(Considering how often automatic routing from apps leads astray, trying to follow paths that don’t even exist or aren’t actually the best to take, that is all even more true.)

The Battery Life Advantage

Battery life can still be a concern, of course, but I find that a concern about this can teach us better behaviors.

Trusting an outdoors watch to lead along paths, without having to think oneself – that’s what I see as the real problem. Remember, I want us to look closer, learn more, not to blindly follow directions a watch gives!

Thus, the better idea than having the navigation view active all the time (which wouldn’t be all that long; it draws battery like crazy) is to take the concern over battery as reason to turn away from navigation.

Maybe even just let the Suunto app record in the background, having switched back to watch display. Then, it is perfectly doable to go out for hours.

Follow whatever path you know to take or that strikes your fancy.

If you want to go extra-long, settle down for lunch break, certainly for a bivy over night, and recharge the watch.

(Recharging while on the go is, unfortunately, not as advisable; it works, but ‘breaks’ the navigation. But hey, if you want to explore longer – or just have some fun for shorter – you shouldn’t need to move and charge the watch.)

It didnt’take the map to know where I was and what was in front of me here, but it’s still useful – and fun!

Looking Around

While settled down, have a look around you. In reality, and with the maps on your wrist.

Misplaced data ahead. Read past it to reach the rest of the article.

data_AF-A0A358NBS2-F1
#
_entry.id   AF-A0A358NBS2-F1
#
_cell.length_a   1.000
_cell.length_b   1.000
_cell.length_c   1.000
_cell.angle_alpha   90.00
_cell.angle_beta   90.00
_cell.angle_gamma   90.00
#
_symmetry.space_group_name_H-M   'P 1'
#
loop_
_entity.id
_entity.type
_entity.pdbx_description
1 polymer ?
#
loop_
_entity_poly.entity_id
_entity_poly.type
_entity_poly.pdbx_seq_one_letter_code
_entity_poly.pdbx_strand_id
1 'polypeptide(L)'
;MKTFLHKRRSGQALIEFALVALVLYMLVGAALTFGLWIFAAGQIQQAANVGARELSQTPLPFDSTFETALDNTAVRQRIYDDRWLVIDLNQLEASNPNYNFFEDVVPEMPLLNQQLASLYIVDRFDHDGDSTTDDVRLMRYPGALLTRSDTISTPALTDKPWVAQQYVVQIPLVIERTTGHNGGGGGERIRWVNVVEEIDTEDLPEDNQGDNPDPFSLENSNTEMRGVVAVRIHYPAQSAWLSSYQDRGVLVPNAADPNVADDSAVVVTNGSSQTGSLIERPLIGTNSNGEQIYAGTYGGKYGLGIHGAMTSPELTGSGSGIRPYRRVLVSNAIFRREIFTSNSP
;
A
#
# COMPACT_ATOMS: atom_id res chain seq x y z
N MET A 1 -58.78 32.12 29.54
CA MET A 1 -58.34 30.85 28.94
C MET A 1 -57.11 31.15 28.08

The Mapbox maps, especially when downloaded to the device, and with the ease of use provided by the touchscreen (plus buttons for zooming), make that easy and worthwile.

I have discovered a few places like that.

Names of places I’ve gone only too often, without ever checking what they were called.

Places with names that I never noticed before but now saw on the map, and found it worth checking out.

All that isn’t even in the mountains yet, where the maps offer another world of insight into the peaks and paths and interesting places and spots around.

New Outlooks, New Insights – with Maps on the Wrist

Navigation? By Map!

Navigating or exploring, paths that looked good on a map (or, well, in and to an app, what with automatic route creation between places), have regularly been less good in reality.

Sometimes, paths didn’t even exist – and the map on the Suunto 7 helped find alternative routes or bushwhack back onto an actual path.

Sometimes, the paths were not entirely clear to see, and the map on the Suunto 7 helped figure out which was the right way.